Last Razor Dig of the Season
Clam diggers will get one more chance to dig razor clams at Twin Harbors beach near Westport next Friday thru Sunday. Twin Harbors will be the only beach open for digging. WDFW coastal shellfish manager Dan Ayres says this has been the most productive clam digging season in over 20 years on the Washington Coast. Since last October diggers have harvested more than 5 million razor clams. The coast will close after this last clam dig to allow the razor clams to spawn and provide another crop of clams for digging next fall.

Kids Fishing Event on Heart Lake
One of the hottest trout fishing lakes in the region, Heart Lake near Anacortes, will close over the upcoming Memorial Day weekend for a kids fishing event. The event takes place on June 1st and the lake is closed two days prior to allow freshly stocked trout to acclimate. Kids that otherwise might not get a chance to catch a trout get the entire lake to themselves on June 1st. The Kids Fishing event has been held for 20 years on Heart Lake and is sponsored by the City of Anacortes and the Fidalgo/San Juan chapter of the Puget Sound Anglers.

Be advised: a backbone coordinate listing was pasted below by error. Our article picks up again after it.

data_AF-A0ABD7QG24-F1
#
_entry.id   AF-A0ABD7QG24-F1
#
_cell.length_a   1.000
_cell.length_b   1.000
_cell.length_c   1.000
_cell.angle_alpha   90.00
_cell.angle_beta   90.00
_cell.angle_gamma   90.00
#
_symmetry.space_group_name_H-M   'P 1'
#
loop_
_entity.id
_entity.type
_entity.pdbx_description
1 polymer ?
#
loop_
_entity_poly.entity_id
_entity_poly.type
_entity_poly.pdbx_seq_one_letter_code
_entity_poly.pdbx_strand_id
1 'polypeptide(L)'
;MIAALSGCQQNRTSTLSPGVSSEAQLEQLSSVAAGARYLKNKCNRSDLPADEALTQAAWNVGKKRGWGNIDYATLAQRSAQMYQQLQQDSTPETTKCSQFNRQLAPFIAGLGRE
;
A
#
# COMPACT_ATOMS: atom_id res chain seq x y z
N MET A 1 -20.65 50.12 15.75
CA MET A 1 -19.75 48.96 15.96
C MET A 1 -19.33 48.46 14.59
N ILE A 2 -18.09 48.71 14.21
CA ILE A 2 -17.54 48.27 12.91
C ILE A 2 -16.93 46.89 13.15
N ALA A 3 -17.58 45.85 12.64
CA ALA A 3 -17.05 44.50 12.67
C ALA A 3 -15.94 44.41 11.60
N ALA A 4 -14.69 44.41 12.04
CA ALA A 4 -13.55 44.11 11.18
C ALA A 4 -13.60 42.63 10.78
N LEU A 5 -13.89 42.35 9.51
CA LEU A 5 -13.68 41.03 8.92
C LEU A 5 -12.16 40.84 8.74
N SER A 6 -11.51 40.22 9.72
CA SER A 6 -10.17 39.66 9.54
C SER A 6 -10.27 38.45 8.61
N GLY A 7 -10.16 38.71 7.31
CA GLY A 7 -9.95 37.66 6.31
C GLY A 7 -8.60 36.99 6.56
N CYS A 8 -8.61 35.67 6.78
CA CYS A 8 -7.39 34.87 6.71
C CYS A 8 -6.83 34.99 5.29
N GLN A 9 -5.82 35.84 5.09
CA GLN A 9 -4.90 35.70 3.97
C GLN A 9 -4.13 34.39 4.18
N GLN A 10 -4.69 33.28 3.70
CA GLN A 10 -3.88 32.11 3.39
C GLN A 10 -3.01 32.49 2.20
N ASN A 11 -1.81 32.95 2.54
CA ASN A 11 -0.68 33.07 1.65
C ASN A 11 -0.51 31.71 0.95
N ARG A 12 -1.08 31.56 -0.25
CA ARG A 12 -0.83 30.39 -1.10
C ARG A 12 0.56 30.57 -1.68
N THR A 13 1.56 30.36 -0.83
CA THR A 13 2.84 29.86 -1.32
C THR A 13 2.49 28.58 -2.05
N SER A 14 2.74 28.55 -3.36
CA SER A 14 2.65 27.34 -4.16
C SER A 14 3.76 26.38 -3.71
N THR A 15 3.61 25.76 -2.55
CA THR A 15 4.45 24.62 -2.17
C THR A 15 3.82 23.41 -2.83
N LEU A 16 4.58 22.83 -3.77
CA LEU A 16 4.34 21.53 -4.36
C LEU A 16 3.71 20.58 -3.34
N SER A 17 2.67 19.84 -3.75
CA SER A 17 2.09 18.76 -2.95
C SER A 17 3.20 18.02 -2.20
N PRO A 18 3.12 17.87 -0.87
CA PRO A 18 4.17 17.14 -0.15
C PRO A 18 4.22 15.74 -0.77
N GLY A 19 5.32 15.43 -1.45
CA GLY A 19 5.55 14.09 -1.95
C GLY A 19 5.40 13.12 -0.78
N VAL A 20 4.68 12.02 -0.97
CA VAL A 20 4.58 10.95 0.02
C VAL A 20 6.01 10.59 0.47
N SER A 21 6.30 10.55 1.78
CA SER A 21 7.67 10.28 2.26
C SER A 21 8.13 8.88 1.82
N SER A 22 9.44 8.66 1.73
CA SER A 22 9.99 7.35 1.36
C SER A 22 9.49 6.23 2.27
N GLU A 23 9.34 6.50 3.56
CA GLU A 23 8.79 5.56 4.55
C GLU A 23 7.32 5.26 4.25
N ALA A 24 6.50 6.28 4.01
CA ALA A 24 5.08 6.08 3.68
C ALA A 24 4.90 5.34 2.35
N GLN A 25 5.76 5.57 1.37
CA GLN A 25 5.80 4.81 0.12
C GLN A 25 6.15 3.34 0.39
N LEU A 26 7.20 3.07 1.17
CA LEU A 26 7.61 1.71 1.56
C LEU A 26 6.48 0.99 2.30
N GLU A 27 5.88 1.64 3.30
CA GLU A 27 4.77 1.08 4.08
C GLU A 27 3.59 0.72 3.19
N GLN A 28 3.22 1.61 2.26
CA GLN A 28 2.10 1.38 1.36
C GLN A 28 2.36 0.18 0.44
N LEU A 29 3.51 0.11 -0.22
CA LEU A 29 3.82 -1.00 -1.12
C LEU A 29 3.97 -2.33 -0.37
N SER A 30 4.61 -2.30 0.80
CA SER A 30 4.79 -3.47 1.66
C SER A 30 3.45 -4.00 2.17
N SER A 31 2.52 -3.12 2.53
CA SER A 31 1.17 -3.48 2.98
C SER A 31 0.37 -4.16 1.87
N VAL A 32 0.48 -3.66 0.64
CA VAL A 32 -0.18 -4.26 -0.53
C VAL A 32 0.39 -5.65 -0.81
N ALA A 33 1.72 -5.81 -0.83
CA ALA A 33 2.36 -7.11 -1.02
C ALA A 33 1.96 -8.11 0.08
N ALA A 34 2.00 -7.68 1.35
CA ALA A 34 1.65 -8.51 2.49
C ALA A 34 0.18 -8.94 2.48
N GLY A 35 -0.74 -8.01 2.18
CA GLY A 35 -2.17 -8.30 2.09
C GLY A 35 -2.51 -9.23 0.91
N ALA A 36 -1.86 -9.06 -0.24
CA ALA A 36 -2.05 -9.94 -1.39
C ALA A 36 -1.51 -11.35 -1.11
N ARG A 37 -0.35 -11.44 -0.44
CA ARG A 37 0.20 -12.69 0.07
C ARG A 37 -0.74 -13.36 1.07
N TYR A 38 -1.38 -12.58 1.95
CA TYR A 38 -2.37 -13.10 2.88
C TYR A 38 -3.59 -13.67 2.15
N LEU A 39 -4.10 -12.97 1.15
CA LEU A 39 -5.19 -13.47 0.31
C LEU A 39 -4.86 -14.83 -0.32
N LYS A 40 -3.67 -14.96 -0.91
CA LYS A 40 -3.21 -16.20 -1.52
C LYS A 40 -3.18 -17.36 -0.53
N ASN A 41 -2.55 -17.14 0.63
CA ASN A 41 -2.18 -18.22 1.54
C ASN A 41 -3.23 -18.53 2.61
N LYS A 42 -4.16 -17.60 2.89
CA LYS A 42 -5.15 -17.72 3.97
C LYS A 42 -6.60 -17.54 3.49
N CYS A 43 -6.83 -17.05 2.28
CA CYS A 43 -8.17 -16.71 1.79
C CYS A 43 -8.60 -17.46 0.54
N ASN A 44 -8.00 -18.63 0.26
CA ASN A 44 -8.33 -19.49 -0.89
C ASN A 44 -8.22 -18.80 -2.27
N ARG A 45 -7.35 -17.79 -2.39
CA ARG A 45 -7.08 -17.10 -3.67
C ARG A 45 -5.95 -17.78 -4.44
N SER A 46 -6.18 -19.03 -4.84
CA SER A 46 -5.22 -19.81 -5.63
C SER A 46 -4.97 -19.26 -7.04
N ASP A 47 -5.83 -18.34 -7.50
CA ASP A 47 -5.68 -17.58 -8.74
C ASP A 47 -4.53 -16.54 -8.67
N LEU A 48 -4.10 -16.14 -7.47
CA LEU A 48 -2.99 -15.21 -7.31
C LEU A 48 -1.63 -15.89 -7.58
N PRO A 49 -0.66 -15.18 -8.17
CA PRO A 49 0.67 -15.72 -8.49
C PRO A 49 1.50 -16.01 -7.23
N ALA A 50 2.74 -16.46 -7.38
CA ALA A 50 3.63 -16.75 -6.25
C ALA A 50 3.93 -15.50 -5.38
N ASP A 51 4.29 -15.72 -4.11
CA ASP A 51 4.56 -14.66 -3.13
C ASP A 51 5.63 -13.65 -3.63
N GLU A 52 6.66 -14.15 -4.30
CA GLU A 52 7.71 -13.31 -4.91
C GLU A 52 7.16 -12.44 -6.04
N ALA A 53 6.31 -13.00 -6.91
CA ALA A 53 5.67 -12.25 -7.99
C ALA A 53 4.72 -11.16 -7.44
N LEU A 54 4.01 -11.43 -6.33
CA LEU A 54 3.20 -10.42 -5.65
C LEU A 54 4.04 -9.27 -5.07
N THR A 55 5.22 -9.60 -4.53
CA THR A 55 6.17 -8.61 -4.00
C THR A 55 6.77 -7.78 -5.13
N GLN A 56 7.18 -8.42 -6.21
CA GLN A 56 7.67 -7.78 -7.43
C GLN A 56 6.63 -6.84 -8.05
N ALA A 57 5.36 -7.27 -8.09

First Copper River Salmon Arrives in Seattle
Alaska Airlines pilots carried a 40 pound Copper River king salmon to waiting chefs at Sea-Tac Airport yesterday. It was the first Copper River king to arrive in Seattle and marks the beginning of the yearly craze for this great eating strain of king salmon. Copper River king salmon are prized for their high fat content and restaurants pay as much as $50 a pound to purchase them for their patrons. The Alaska Airlines Boeing 737 contained an additional 24,600 pounds of Copper River king salmon and Alaska Airlines said it would run three more Copper River salmon flights like it on Friday.